Nasal depigmentation

From Dog

Nasal depigmentation ('Dudley nose') is a common non-pathogenic disorder of the nasal planum of dogs characterized by depigmentation of skin.

A genetic predisposition has been noted in a number of breeds including the Australian Shepherd, Afghan, Alaskan Malamute, Bernese Mountain Dog, Doberman Pinscher, German Shepherd (White), Golden Retriever, Irish Setter, Labrador Retriever (Yellow), German Short-haired Pointer, Miniature Poodle, Samoyed and Siberian Husky.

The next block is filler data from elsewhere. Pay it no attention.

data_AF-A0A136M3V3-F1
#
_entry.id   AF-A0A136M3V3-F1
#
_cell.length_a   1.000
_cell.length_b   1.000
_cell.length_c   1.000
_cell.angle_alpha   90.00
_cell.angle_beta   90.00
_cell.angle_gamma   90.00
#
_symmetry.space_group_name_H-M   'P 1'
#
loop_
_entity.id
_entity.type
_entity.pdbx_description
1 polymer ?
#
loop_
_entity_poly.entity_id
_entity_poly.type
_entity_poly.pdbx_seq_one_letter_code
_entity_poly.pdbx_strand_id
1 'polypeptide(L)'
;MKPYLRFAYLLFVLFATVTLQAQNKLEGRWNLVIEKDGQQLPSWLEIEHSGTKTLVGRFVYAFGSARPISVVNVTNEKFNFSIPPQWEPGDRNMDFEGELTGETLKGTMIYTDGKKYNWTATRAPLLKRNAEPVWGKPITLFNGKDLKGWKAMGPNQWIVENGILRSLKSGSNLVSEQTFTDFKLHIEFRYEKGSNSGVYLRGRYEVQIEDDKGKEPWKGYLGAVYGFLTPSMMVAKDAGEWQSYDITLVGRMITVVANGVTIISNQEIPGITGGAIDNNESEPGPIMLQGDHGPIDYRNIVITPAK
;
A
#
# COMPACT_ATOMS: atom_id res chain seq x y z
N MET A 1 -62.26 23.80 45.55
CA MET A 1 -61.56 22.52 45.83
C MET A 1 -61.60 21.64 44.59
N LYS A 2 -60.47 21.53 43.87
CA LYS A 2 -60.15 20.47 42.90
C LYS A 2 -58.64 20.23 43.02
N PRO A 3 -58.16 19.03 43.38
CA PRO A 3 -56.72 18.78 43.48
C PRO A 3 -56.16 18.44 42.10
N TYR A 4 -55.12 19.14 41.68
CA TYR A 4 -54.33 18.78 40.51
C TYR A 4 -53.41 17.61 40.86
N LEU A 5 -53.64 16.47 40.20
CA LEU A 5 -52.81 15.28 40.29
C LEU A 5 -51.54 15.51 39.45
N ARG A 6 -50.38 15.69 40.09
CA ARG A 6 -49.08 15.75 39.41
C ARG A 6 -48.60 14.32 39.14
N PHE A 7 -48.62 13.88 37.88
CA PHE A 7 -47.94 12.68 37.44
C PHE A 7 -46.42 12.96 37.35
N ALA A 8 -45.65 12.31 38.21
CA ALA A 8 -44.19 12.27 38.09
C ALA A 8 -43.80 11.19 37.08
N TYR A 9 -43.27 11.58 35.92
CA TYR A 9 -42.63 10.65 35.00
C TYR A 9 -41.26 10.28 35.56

The precise cause of this loss of pigment and colour change is not known but it is possibly a form of vitiligo. Presumably the condition is intimately linked to pineal gland and/or melanocyte activity.

In some individuals the amount of pigment present may change from time to time, in others it remains depigmented[1].

A differential diagnosis would include uveodermatologic syndrome and lupus erythematosus.

There is no recognized therapy for this condition which is otherwise not harmful to the affected patient.


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